Freedom Tower (The Hickam Water Tower)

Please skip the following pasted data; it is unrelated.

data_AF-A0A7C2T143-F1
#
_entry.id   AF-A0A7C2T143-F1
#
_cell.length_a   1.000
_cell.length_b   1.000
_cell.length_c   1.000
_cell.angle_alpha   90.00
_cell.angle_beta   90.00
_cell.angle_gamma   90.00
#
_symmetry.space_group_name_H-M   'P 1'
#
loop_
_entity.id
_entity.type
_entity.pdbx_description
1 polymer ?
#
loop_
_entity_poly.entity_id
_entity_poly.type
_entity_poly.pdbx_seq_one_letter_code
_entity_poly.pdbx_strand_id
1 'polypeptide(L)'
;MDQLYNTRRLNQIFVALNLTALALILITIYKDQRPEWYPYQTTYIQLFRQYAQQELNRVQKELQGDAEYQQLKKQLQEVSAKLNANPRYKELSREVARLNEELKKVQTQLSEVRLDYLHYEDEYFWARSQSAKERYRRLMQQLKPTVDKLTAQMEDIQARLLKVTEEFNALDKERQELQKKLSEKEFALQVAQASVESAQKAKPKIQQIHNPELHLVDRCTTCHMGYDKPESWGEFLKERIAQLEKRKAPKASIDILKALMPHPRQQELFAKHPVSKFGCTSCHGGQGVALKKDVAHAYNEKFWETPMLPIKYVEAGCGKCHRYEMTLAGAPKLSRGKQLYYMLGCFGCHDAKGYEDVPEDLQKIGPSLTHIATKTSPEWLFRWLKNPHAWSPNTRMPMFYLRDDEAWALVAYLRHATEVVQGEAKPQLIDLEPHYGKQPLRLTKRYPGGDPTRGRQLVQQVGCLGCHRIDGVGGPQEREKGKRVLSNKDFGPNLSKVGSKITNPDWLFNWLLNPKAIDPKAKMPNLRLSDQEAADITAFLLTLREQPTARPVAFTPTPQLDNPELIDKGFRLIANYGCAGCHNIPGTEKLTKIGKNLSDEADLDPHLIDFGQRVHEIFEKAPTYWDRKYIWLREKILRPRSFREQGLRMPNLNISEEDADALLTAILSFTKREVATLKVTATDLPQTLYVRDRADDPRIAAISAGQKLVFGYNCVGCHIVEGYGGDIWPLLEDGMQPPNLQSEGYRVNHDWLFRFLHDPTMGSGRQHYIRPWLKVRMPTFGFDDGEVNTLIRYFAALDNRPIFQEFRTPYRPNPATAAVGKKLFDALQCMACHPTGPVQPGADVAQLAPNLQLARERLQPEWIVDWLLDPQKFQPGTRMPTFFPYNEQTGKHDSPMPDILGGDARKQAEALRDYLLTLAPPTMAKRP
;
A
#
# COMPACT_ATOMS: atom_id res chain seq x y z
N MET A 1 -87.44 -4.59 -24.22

One of the most well-known landmarks on Hickam is its beautiful water tower named Freedom Tower, located at the far end of the Parade Mall, across from the 15th Wing headquarters building. The tower was built under the direction of Captain Howard B. Nurse of the U.S. Army's Quartermaster Corps, at a cost of $43,146.60, and it was completed on 14 January 1938. Of Moorish design and similar to another famous tower built during that era at Randolph Air Force Base, Texas, Freedom Tower stands 171 feet high. It is octagonal in shape, with a radius of 18 feet 5 inches, and each of its eight sides measures 14 feet 6 inches across. The walls are of reinforced concrete, 12 inches thick at the base, with a gradual reduction to 8 inches at the top. Eight pre-cast concrete eagles, weighing 2,000 pounds each, are located at the points of the octagon near the top of the tower. The tower is still used today, serving its original purpose as an enclosure for a water storage tank. Above the tank is a room, approximately 20 feet in diameter, which was used prior to and during World War II as a radio transmitter facility. A steep spiral staircase of 166 steps provides the only access to this room, which is used today to store boxes containing strings of lights and equipment that transform the water tower into one of Hawaii's largest Christmas trees every year. On 15 May 1985, during a ceremony commemorating the 50th anniversary of Hickam, the water tower was dedicated and officially named "Freedom Tower" to honor those who have served, and will serve, in the defense of our liberties, and to honor those who paid the ultimate price so that others might live in freedom. (Current as of July 2010)